D33J’s Anticon debut, Tide Songs EP, was a cordial introduction to an electronic artist whose identity is largely attached to the WEDIDIT Collective. Released earlier this year, the Tide Songs EP earned D33J an official spot on the team among Baths and Daedelus on Anticon and the larger brotherhood of the WEDIDIT crew. But, if the debut EP was D33J’s assimilation, proving his salt in an emerging canon of Shlohmo’s Bad Vibes LP and Ryan Hemsworth’s Last Words EP, then Gravel is his departure.
I have a feeling most musicians disapprove of sports metaphors, but the scenario calls for it. Names like Baths, Shlohmo, Ryan Hemsworth have become the faces of their respective franchises (WEDIDIT, Anticon), while D33J exists as a role player or prospect talent to each collective. Within Anticon he's a rookie among innovators who paved the way for his music. In WEDIDIT he's the opener to tours with Shlohmo and Hemsworth. But D33J is no longer concerned with making the squad on the Gravel EP. Though Tide Songs and Gravel are only six months apart, drawing comparisons between the two would serve little purpose. This is not the D33J from the debut. The previous EP could manipulate a track into a space that offered headnod affirmations, but the attempts at pushing the composition into a space of deeper internalization (like catharsis, reflection, vulnerability) did not exist or pay off. Tide Songs was mostly an excitable listen that shuffled at the pace of pedestrian commuter traffic.
D33J describes Gravel as occupying that hour of the night when you come home alone, buzzed from illicit substances, and the retreat to self-reflection sets in. It's slower, methodical, and each track seeks out a discovery. With each track D33J asks more of his craft, delving deeper into the 3 a.m. mentality with each passing second. “Faded Creek”, in both title and unbridled catharsis, is a candid recreation of that collapse. It’s the equivalent of looking in the mirror after a wrecked night and sorting through the anguish and pride that come with testing one’s invincibility. After a patient build in the production the opening track opens up to an anthemic refrain that’s sung with frailty and a touch of celebratory fervor.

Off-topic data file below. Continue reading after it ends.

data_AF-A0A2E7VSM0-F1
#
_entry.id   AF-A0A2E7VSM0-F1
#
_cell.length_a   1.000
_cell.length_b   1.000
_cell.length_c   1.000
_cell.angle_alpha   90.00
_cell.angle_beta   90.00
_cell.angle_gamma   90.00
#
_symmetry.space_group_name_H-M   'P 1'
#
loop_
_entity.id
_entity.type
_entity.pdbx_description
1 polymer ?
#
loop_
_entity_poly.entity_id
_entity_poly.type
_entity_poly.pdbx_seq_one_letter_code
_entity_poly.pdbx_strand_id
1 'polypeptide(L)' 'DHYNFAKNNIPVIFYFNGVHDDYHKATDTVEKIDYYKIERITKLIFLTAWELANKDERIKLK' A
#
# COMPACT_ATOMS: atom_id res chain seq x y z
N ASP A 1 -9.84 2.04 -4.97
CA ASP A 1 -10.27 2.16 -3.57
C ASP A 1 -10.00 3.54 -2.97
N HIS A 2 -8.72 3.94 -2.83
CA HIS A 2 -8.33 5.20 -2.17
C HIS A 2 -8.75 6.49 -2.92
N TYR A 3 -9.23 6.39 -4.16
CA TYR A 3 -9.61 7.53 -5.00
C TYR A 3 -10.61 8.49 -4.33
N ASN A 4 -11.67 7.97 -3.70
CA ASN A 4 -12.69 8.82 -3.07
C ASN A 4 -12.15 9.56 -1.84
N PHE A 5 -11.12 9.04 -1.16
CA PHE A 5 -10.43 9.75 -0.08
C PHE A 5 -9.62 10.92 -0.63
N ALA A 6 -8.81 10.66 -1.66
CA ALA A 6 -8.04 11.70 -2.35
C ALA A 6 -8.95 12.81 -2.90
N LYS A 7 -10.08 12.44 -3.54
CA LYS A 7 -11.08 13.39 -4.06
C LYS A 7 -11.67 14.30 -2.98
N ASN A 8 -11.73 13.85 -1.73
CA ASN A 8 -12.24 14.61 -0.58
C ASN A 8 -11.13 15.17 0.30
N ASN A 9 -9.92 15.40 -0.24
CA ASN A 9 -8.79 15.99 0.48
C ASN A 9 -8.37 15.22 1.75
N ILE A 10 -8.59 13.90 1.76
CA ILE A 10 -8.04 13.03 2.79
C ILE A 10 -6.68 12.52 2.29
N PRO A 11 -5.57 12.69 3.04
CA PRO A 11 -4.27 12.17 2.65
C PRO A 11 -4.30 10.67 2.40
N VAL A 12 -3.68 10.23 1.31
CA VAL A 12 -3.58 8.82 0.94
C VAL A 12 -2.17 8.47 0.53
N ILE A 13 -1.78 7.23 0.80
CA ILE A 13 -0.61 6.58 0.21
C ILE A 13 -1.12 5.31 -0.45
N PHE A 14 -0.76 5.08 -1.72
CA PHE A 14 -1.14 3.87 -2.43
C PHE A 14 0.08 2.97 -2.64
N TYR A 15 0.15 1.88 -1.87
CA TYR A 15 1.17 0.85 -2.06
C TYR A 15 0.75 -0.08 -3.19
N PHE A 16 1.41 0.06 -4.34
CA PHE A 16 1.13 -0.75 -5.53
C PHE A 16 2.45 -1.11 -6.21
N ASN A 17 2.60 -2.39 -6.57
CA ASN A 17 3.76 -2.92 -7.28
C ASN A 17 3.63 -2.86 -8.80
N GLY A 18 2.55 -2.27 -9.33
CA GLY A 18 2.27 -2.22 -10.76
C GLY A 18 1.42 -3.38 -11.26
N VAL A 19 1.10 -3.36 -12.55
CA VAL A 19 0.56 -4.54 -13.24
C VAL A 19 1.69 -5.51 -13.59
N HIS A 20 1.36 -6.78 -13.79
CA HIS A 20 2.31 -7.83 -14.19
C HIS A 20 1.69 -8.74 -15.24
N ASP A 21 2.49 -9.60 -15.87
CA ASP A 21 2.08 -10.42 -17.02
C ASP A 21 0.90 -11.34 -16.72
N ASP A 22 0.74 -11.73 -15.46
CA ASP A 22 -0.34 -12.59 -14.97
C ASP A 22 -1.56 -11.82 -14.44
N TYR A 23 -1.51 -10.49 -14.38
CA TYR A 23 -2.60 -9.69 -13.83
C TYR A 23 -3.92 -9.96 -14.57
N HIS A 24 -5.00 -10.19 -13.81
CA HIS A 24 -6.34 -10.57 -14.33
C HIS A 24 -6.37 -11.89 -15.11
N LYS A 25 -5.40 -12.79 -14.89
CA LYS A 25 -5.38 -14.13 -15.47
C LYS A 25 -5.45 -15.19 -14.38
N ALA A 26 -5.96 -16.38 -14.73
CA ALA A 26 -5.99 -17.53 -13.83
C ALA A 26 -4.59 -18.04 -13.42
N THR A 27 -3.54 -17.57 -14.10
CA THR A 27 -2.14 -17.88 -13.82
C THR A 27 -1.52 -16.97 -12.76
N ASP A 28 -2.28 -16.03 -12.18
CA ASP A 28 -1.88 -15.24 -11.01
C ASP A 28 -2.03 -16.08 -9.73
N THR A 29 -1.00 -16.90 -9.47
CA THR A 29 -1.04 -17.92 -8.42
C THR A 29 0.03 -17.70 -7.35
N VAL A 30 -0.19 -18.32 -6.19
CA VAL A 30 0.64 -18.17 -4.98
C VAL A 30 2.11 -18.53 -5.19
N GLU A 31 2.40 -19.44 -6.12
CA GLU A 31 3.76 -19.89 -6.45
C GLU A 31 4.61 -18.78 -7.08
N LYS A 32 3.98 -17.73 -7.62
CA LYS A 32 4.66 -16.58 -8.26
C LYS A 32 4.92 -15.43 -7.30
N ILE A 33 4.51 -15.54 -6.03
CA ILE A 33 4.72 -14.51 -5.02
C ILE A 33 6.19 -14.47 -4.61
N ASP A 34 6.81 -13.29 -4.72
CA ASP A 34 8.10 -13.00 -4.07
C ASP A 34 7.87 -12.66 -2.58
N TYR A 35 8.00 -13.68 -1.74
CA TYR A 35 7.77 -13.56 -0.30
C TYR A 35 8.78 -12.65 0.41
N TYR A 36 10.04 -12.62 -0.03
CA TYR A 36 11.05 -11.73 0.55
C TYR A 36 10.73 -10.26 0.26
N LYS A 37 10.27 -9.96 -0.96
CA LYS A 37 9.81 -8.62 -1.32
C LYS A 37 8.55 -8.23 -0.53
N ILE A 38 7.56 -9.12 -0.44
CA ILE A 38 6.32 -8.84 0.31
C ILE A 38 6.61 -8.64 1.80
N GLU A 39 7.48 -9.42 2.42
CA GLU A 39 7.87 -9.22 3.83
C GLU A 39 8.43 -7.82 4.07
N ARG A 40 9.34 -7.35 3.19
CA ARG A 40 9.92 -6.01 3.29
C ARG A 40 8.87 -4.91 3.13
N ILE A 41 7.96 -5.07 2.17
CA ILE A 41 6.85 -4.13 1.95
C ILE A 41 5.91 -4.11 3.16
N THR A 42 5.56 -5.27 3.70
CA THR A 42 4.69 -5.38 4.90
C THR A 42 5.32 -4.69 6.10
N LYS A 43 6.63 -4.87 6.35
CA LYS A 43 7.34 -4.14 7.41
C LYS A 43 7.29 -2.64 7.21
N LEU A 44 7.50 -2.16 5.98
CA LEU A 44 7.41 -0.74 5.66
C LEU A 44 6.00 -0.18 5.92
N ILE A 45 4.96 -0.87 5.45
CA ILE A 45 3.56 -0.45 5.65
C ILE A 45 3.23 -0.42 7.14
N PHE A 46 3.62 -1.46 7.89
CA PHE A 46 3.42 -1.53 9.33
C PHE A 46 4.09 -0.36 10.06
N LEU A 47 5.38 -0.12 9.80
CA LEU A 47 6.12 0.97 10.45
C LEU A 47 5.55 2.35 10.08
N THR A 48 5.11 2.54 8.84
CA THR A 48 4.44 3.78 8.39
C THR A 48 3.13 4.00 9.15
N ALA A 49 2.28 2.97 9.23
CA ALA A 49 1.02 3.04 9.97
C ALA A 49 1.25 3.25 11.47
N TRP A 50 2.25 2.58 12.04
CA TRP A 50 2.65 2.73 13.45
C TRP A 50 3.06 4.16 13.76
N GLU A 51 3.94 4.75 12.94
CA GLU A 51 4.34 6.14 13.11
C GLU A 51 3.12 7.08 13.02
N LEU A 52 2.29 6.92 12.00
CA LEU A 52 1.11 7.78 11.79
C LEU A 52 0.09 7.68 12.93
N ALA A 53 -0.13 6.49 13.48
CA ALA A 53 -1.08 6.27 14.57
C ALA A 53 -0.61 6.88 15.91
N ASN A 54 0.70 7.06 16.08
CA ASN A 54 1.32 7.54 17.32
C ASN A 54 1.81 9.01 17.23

“Faded Creek” is followed by “Slow”, which features vocalist Kreyola. Much like “Faded Creek” the early impression D33J arranges is slowly softened to reveal the honest intent. On “Slow” the opening measures are aggressive with emphasis on the heavy vibrations of the bass accompanied by video game lasers. As Kreyola’s vocals enter, D33J drowns the machismo bass and laser synths just as Kreyola pelts out “baby move it slow. I wanna take my time,” yielding an r&b slow jam that sounds like the antithesis to Jeremih’s “Fuck You All The Time” (Shlohmo Remix) on the “late night hook-up” playlist.
“Stills” is the closest D33J gets to his previous EP, but even it accesses an emotional availability that comes with mutating the original composition into an unrecognizably new movement that begins to take on anthemic cues that feel like vintage Modest Mouse fed through synthesizers. Strange comparison, yes. But consider the instrumental passages of Modest Mouse's “Talking Shit About A Pretty Sunset” or “Other People's Lives” while listening to “Stills” and “Empty Sunset” and it's there.
By closer “Empty Sunsets,” D33J is finding strength in his late night process. The EP is 4-tracks spanning 18 minutes and it requires nothing more. It's rare the EP format obtains satisfaction since it was designed to complement a larger body of work. D33J is two EPs deep in his tenure with Anticon and Gravel proves a mastery of the condensed structure. This second EP should cut a path for D33J all his own, with assocation to WEDIDIT being purely of brotherly hangouts rather than the futility of measuring his output against his peers. With an LP hopefully in the wings for 2014, D33J has built the necessary anticipation, now he just has to prove he can deliver in a larger context.